# Multiplicative group of number field mod field norms of quadratic extension

I'm reading some notes(*) about arithmetic lattices in $$\operatorname{SU}(n,1)$$. I'm trying to understand the data that classifies (up to commensurability) the arithmetic lattices of the "first type" in this group. Fix a totally real number field $$F$$ with a totally imaginary quadratic extension $$E$$. Then these lattices are defined as the integer points of a unitary group preserving a Hermitian form $$H$$ of signature $$(n,1)$$ defined over $$E$$, i.e. $$\operatorname{SU}(H;\mathcal O_E)$$, which is positive- or negative-definite at all other infinite places.

One invariant you might try to pick up from such a construction is the determinant of $$H$$ (thought of as an $$(n+1) \times (n+1)$$ Hermitian matrix), which lies in $$F^\times$$. But this determinant is not actually invariant under a change of basis. It turns out that the relevant invariant lies in $$F^\times/N_{E/F}(E^\times)$$. Now here's my confusion: in section 6.6 ("Parity and describing commensurability classes") of the cited notes, the author seems to be claiming that the group $$F^\times/N_{E/F}(E^\times)$$ is a group with only two elements. He refers to the "trivial and nontrivial class[es]". I can see that all elements of this group have order 2, but I don't see why the group itself has order 2.

Is it true that $$F^\times/N_{E/F}(E^\times)$$ is a group of order 2?

(*) D.B. McReynolds. Arithmetic lattices in $$\operatorname{SU}(n,1)$$.

(I should point out that these notes are clearly unfinished and may not have been intended for publishing. I don't want to call to question the author's work.)

• There is some variant of that assertion which is correct, and is the assertion of global classfield theory over your (totally real) basefield. But the quotient would need to include much more stuff, like the connected component of the multiplicative group of the archimedean part $F^\times_\infty$ of the ideles of the the base, and so on. So there is some true assertion there, and could conceivably actually suffice for the issues there. But, you're right... as in @KConrad's answer... the assertion is not literally correct, etc. Feb 8, 2022 at 23:20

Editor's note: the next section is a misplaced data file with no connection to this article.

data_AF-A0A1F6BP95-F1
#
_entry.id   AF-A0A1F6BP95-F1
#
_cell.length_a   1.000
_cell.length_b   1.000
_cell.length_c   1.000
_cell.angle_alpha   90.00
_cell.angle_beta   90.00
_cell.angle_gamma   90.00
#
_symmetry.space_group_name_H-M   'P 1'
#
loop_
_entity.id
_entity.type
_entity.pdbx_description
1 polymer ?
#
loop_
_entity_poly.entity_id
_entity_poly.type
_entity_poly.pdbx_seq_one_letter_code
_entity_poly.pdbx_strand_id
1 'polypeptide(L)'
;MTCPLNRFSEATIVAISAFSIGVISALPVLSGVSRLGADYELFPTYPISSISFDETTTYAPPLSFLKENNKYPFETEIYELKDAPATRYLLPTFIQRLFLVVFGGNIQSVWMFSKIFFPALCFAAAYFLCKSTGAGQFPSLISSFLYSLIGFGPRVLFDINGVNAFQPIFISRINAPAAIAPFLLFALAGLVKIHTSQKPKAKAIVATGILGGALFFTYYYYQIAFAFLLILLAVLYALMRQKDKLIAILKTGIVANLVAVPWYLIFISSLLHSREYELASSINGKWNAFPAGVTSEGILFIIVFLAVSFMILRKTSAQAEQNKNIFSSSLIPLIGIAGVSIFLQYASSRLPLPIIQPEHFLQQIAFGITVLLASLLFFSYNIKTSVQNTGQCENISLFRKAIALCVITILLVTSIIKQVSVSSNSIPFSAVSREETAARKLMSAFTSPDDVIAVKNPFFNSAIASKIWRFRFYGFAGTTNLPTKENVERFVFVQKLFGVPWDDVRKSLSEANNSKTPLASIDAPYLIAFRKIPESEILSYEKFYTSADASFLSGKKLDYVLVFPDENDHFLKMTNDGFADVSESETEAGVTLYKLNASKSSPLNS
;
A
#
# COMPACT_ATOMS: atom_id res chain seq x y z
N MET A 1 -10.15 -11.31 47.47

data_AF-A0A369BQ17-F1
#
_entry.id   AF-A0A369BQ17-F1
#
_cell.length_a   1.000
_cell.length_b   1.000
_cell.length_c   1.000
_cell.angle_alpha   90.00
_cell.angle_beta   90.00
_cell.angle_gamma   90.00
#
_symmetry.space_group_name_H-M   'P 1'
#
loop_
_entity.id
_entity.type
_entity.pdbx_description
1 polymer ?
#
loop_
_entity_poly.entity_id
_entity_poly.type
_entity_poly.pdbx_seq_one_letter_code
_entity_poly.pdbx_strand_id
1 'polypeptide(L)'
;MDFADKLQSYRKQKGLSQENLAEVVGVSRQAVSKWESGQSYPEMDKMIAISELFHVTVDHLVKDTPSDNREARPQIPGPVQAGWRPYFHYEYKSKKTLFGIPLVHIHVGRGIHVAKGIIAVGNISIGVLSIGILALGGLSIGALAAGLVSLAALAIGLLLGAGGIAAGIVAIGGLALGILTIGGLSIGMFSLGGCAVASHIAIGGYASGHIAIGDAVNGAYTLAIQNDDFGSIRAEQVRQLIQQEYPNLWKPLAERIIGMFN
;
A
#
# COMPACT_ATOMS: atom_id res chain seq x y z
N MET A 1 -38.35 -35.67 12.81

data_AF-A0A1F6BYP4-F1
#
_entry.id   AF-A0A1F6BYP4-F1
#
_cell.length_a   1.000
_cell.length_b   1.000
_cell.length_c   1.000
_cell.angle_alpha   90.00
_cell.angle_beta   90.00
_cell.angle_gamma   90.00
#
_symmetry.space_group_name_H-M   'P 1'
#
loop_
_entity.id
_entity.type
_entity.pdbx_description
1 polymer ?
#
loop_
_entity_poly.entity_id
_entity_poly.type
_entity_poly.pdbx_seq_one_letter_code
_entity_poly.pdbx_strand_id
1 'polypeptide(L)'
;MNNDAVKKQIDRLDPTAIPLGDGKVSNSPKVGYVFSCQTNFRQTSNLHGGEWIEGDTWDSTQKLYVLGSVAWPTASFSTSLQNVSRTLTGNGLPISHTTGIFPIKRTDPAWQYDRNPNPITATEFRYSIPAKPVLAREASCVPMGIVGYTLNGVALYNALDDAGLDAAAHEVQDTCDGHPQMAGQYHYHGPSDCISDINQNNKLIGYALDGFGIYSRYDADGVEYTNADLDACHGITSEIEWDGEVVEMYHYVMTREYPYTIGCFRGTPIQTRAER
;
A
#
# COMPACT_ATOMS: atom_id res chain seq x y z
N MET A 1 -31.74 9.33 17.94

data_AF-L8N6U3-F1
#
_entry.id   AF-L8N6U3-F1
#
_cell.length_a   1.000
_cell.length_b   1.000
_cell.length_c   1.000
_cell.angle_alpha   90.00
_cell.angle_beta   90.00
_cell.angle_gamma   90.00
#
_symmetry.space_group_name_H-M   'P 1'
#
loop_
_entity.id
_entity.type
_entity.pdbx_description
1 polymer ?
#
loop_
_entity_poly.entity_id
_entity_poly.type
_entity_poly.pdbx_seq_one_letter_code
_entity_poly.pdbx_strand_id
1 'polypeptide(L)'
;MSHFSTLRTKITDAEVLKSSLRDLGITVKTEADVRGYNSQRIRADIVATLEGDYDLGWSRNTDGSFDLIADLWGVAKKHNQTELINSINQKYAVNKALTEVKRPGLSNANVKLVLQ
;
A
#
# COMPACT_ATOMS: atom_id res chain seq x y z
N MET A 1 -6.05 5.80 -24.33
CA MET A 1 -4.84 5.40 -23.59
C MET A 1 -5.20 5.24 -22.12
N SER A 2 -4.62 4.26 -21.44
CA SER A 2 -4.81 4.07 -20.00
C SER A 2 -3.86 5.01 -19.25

The index is definitely not finite. If $$F$$ is an arbitrary number field and $$E$$ is a finite extension with $$[E:F] > 1$$, the norm subgroup $${\rm N}_{E/F}(E^\times)$$ has infinite index in $$F^\times$$. A proof in general is in a recent stackexchange post here.
Let's consider the simplest case relevant to what you are reading: $$F = \mathbf Q$$ and $$E = \mathbf Q(i)$$. Then $$F^\times/{\rm N}_{E/F}(E^\times) = \mathbf Q^\times/{\rm N}_{\mathbf Q(i)/\mathbf Q}(\mathbf Q(i)^\times)$$, and for primes $$p$$ and $$q$$ such that $$p, q \equiv 3 \bmod 4$$, the ratio $$p/q$$ is not of the form $$a^2 + b^2$$ for $$a, b \in \mathbf Q$$. Thus the infinitely many primes $$p$$ such that $$p \equiv 3 \bmod 4$$ are all inequivalent in $$\mathbf Q^\times/{\rm N}_{\mathbf Q(i)/\mathbf Q}(\mathbf Q(i)^\times)$$, so they show that quotient group not only size has bigger than $$2$$, but is in fact infinite.
The standard setting where a quotient group $$F^\times/{\rm N}_{E/F}(E^\times)$$ has order $$2$$ when $$[E:F] = 2$$ is for a quadratic extension of local fields. (In case of local fields of characteristic $$2$$, I should say quadratic Galois extension of local fields, which would be redundant outside of characteristic $$2$$.) In that case it is true that $${\rm N}_{E/F}(E^\times)$$ has index $$2$$ in $$F^\times$$. This is a special case of local class field theory: if $$E/F$$ is an abelian extension of local fields then $${\rm Gal}(E/F) \cong F^\times/{\rm N}_{E/F}(E^\times)$$. Here "local field" includes archimedean completions, e.g., $${\mathbf R^\times}/{\rm N}_{\mathbf C/\mathbf R}(\mathbf C^\times) = {\mathbf R}^\times/{\mathbf R_{>0}} = \{\pm 1\}$$ has order $$2$$. Maybe there is an implicit use of archimedean completions when you refer to quotient groups with norms, since compatible archimedean completions of a totally real number field and a totally imaginary quadratic extension will look like the extension $$\mathbf C/\mathbf R$$.